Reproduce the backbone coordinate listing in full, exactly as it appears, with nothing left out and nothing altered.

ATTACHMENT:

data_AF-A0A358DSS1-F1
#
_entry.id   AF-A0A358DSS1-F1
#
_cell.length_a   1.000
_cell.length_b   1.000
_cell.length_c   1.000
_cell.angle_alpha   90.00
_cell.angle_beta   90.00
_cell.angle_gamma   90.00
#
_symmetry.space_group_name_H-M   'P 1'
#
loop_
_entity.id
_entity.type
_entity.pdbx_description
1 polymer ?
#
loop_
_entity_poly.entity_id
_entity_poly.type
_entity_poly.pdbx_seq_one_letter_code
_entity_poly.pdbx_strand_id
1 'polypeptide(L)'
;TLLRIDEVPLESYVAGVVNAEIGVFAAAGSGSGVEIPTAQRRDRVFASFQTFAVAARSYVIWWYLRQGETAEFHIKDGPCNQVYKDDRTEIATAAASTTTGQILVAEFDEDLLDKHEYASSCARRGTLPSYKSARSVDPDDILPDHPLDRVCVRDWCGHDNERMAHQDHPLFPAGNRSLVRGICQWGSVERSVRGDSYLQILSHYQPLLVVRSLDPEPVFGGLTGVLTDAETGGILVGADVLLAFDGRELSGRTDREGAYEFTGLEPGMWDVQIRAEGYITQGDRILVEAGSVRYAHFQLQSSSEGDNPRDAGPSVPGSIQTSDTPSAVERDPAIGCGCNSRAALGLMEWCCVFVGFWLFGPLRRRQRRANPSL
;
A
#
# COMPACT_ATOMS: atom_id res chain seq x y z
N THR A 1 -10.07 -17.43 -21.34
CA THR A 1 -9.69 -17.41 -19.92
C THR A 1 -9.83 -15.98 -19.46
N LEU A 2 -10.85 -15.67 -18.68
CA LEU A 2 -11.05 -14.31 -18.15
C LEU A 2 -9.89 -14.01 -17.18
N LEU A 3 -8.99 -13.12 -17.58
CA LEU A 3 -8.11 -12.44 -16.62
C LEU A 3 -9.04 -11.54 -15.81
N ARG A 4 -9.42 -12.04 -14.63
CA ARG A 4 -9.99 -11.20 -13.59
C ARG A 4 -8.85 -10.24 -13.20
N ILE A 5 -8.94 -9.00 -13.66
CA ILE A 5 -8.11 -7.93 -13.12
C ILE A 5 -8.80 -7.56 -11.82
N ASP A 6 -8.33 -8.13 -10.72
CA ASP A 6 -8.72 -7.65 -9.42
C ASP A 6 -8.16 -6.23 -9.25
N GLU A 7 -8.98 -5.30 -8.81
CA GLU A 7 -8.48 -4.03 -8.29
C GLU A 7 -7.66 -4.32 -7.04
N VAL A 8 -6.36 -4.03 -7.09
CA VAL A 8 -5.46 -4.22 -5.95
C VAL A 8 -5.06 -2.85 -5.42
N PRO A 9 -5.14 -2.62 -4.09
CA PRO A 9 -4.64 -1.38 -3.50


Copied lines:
data_AF-A0A358DSS1-F1
#
_entry.id   AF-A0A358DSS1-F1
#
_cell.length_a   1.000
_cell.length_b   1.000
_cell.length_c   1.000
_cell.angle_alpha   90.00
_cell.angle_beta   90.00
_cell.angle_gamma   90.00
#
_symmetry.space_group_name_H-M   'P 1'
#
loop_
_entity.id
_entity.type
_entity.pdbx_description
1 polymer ?
#
loop_
_entity_poly.entity_id
_entity_poly.type
_entity_poly.pdbx_seq_one_letter_code
_entity_poly.pdbx_strand_id
1 'polypeptide(L)'
;TLLRIDEVPLESYVAGVVNAEIGVFAAAGSGSGVEIPTAQRRDRVFASFQTFAVAARSYVIWWYLRQGETAEFHIKDGPCNQVYKDDRTEIATAAASTTTGQILVAEFDEDLLDKHEYASSCARRGTLPSYKSARSVDPDDILPDHPLDRVCVRDWCGHDNERMAHQDHPLFPAGNRSLVRGICQWGSVERSVRGDSYLQILSHYQPLLVVRSLDPEPVFGGLTGVLTDAETGGILVGADVLLAFDGRELSGRTDREGAYEFTGLEPGMWDVQIRAEGYITQGDRILVEAGSVRYAHFQLQSSSEGDNPRDAGPSVPGSIQTSDTPSAVERDPAIGCGCNSRAALGLMEWCCVFVGFWLFGPLRRRQRRANPSL
;
A
#
# COMPACT_ATOMS: atom_id res chain seq x y z
N THR A 1 -10.07 -17.43 -21.34
CA THR A 1 -9.69 -17.41 -19.92
C THR A 1 -9.83 -15.98 -19.46
N LEU A 2 -10.85 -15.67 -18.68
CA LEU A 2 -11.05 -14.31 -18.15
C LEU A 2 -9.89 -14.01 -17.18
N LEU A 3 -8.99 -13.12 -17.58
CA LEU A 3 -8.11 -12.44 -16.62
C LEU A 3 -9.04 -11.54 -15.81
N ARG A 4 -9.42 -12.04 -14.63
CA ARG A 4 -9.99 -11.20 -13.59
C ARG A 4 -8.85 -10.24 -13.20
N ILE A 5 -8.94 -9.00 -13.66
CA ILE A 5 -8.11 -7.93 -13.12
C ILE A 5 -8.80 -7.56 -11.82
N ASP A 6 -8.33 -8.13 -10.72
CA ASP A 6 -8.72 -7.65 -9.42
C ASP A 6 -8.16 -6.23 -9.25
N GLU A 7 -8.98 -5.30 -8.81
CA GLU A 7 -8.48 -4.03 -8.29
C GLU A 7 -7.66 -4.32 -7.04
N VAL A 8 -6.36 -4.03 -7.09
CA VAL A 8 -5.46 -4.22 -5.95
C VAL A 8 -5.06 -2.85 -5.42
N PRO A 9 -5.14 -2.62 -4.09
CA PRO A 9 -4.64 -1.38 -3.50